The words "for" and "if" may often be found next to each other, but that does not mean that they represent a coherent structure.
In each of these examples we find a fronted adverbial clause introduced by "if". We also find "for", which introduces the entire matrix clause including its subordinate modifier. The "for" and "if" are next to each other only because the adverbial clause appears before the main clause. We could place the adverbials in their canonical locations, which would naturally separate the "for" and the "if":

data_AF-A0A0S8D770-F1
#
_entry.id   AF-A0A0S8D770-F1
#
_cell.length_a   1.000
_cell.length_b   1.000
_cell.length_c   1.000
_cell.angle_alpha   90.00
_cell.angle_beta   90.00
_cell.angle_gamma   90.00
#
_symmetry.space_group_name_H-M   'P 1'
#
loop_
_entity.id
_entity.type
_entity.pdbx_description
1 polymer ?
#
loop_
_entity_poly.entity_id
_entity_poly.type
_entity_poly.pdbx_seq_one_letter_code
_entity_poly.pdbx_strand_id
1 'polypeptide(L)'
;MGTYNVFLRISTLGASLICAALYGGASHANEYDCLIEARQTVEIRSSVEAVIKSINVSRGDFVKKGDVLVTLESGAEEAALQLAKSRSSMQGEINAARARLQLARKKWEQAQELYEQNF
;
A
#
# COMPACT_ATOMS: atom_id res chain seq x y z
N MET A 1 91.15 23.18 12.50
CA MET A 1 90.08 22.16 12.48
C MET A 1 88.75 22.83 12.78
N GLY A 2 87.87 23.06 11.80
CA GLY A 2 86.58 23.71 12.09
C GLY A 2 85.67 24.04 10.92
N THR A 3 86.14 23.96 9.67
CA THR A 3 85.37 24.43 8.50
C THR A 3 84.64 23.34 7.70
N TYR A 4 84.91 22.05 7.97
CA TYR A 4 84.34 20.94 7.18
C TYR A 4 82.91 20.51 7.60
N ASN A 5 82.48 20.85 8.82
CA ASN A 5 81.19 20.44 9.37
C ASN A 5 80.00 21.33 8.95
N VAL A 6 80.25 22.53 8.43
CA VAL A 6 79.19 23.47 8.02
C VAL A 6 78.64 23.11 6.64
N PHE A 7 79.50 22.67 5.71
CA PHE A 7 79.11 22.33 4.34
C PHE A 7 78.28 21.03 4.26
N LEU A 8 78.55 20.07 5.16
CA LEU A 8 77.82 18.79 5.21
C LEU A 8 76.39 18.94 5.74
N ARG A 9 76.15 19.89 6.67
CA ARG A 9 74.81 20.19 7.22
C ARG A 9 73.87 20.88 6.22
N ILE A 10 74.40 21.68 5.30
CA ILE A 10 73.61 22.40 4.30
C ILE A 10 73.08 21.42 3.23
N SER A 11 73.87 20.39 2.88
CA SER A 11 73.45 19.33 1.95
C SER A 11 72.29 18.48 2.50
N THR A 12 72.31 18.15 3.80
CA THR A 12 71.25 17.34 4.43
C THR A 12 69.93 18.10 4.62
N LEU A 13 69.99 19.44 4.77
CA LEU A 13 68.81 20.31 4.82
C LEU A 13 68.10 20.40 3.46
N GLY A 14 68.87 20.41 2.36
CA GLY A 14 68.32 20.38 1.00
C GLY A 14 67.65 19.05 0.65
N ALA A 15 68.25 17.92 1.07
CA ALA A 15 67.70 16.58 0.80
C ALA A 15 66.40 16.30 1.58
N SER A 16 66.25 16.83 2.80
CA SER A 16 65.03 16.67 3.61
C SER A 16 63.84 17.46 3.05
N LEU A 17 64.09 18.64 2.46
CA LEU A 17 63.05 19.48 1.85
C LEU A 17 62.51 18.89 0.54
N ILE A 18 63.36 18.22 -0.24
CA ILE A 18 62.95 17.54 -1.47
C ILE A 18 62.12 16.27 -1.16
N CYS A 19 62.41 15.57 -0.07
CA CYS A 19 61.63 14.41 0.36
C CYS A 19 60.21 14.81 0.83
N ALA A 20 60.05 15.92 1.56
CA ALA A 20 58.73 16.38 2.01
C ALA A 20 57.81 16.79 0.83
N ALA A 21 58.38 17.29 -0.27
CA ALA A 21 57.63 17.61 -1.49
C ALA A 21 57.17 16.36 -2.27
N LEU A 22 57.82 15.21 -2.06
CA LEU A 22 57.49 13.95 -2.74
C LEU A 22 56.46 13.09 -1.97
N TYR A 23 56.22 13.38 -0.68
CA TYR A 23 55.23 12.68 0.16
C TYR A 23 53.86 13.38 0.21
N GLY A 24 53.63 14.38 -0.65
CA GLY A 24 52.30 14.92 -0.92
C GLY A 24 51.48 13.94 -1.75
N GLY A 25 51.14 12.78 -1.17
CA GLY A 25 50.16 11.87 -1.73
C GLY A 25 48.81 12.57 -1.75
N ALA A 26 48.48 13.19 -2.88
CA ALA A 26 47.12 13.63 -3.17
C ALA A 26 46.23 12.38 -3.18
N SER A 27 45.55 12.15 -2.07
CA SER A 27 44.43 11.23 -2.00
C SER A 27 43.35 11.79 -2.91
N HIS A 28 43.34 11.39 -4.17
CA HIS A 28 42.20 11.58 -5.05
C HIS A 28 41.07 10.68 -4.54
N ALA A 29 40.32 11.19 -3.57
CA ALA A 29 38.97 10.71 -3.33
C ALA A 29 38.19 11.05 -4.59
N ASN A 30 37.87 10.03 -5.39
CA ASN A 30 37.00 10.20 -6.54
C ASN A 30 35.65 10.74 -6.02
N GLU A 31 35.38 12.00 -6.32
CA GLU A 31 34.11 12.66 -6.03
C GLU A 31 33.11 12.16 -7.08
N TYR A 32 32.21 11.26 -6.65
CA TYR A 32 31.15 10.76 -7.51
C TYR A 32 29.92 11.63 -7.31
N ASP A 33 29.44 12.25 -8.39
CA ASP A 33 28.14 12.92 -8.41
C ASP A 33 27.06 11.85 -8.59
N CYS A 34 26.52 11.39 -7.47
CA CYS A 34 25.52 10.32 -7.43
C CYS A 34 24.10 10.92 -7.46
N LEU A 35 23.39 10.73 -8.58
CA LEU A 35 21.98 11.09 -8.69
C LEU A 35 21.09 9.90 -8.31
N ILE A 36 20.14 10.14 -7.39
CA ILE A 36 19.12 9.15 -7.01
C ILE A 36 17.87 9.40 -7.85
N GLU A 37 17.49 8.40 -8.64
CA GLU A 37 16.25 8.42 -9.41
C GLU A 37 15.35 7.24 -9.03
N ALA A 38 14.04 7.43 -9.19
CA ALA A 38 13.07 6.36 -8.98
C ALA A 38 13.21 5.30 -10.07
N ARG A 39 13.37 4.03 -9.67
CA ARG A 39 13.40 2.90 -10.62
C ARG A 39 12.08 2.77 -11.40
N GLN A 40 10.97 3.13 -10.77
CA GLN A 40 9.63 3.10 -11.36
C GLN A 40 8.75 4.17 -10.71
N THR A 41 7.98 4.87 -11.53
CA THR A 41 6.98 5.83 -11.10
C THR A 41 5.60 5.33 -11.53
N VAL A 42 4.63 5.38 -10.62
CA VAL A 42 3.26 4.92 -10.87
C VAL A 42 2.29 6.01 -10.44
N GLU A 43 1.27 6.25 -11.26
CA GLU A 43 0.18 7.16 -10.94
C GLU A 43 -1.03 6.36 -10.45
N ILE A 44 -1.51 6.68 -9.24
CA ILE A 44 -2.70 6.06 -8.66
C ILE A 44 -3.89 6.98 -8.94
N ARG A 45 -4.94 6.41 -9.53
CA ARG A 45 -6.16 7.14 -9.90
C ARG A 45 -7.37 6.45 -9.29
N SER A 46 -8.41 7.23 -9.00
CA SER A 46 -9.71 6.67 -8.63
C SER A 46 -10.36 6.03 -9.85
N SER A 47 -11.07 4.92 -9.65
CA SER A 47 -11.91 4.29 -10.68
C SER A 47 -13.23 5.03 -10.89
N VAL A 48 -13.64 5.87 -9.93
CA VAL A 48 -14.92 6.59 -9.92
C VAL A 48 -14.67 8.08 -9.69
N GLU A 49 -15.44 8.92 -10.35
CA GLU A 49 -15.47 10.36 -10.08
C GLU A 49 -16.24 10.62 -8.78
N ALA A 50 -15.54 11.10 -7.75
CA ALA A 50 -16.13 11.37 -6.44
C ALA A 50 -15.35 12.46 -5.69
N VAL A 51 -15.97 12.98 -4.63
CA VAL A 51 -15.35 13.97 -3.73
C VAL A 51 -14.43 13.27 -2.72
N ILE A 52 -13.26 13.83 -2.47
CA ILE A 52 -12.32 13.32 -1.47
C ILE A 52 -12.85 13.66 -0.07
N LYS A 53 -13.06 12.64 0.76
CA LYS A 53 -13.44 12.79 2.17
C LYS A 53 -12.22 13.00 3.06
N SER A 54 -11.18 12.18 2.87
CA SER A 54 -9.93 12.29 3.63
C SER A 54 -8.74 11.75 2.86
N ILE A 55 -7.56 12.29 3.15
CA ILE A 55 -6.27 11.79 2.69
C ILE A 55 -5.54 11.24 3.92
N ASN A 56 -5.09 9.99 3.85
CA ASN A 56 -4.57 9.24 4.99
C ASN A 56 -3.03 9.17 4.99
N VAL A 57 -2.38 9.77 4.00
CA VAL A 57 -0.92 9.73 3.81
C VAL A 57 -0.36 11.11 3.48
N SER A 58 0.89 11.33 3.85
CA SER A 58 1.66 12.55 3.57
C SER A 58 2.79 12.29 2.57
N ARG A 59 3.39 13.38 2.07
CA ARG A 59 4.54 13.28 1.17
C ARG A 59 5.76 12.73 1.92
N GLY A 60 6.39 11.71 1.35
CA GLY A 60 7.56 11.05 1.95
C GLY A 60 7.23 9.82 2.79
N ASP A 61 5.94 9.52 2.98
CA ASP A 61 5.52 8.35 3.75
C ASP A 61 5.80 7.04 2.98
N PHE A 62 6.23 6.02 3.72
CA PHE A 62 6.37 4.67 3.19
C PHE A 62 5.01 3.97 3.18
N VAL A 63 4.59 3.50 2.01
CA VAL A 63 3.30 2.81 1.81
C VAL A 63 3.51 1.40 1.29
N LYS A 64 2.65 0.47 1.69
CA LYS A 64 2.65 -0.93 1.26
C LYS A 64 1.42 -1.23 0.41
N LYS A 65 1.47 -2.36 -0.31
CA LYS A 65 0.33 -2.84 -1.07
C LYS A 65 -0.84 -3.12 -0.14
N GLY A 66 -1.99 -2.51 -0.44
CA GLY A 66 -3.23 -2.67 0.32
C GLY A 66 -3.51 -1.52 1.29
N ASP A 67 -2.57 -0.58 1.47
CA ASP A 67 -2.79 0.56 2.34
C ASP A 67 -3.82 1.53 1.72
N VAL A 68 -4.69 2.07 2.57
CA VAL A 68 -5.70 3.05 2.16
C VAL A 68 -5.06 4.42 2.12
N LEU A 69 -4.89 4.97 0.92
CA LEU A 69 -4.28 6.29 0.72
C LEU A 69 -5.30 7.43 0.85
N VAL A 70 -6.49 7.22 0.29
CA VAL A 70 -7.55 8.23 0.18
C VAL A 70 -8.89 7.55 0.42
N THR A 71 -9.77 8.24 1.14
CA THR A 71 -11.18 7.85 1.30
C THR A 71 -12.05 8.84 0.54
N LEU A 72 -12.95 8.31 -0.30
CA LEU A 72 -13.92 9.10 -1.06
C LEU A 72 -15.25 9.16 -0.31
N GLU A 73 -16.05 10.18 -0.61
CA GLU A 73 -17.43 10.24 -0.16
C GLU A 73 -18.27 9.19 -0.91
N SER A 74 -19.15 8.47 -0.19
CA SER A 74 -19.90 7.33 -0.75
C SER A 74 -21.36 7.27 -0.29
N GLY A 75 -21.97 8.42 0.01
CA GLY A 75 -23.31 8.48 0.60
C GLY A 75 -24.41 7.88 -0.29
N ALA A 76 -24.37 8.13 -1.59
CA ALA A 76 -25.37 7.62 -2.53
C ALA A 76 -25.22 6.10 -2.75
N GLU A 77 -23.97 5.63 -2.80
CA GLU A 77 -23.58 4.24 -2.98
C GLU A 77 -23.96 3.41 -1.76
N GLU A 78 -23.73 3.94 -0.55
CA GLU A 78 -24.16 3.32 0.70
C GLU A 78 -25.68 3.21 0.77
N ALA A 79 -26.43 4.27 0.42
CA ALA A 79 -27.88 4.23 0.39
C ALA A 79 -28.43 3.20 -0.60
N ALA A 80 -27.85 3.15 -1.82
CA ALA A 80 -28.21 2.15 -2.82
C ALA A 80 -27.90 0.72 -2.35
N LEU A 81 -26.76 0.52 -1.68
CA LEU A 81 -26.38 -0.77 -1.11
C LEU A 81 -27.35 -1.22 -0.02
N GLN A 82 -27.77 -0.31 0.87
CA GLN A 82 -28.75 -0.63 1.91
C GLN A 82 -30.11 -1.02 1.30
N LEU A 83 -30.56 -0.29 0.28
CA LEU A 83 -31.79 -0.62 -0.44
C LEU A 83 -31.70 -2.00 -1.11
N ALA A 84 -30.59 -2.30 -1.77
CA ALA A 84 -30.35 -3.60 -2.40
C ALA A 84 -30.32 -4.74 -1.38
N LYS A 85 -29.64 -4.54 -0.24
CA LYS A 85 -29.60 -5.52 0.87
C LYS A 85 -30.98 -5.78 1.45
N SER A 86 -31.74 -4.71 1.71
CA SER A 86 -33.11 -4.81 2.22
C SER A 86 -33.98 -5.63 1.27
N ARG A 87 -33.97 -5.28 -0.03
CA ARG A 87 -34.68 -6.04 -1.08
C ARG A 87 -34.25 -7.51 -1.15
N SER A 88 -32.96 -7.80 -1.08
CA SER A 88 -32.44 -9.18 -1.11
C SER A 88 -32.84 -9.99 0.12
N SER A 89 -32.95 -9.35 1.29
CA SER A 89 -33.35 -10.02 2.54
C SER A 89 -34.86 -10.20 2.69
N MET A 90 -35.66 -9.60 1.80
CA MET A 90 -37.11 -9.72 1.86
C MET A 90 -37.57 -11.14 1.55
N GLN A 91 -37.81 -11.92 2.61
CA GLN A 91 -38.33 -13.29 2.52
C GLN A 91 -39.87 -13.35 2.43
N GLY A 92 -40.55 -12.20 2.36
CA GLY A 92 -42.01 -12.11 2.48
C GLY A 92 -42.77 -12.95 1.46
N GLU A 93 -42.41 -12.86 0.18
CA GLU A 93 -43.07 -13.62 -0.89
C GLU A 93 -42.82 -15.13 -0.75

- For might not this radiance reach the eyes of Silver himself if I could see it.
- For I tell you we must die if we don't find the next little girl.
- For we should have perished if it had not been for that.
- The original motivation is convenience, for c disappears from our equation if we designate it as unit velocity.
The reason that you can't find a meaning for that pair of words is simply that those words are not paired.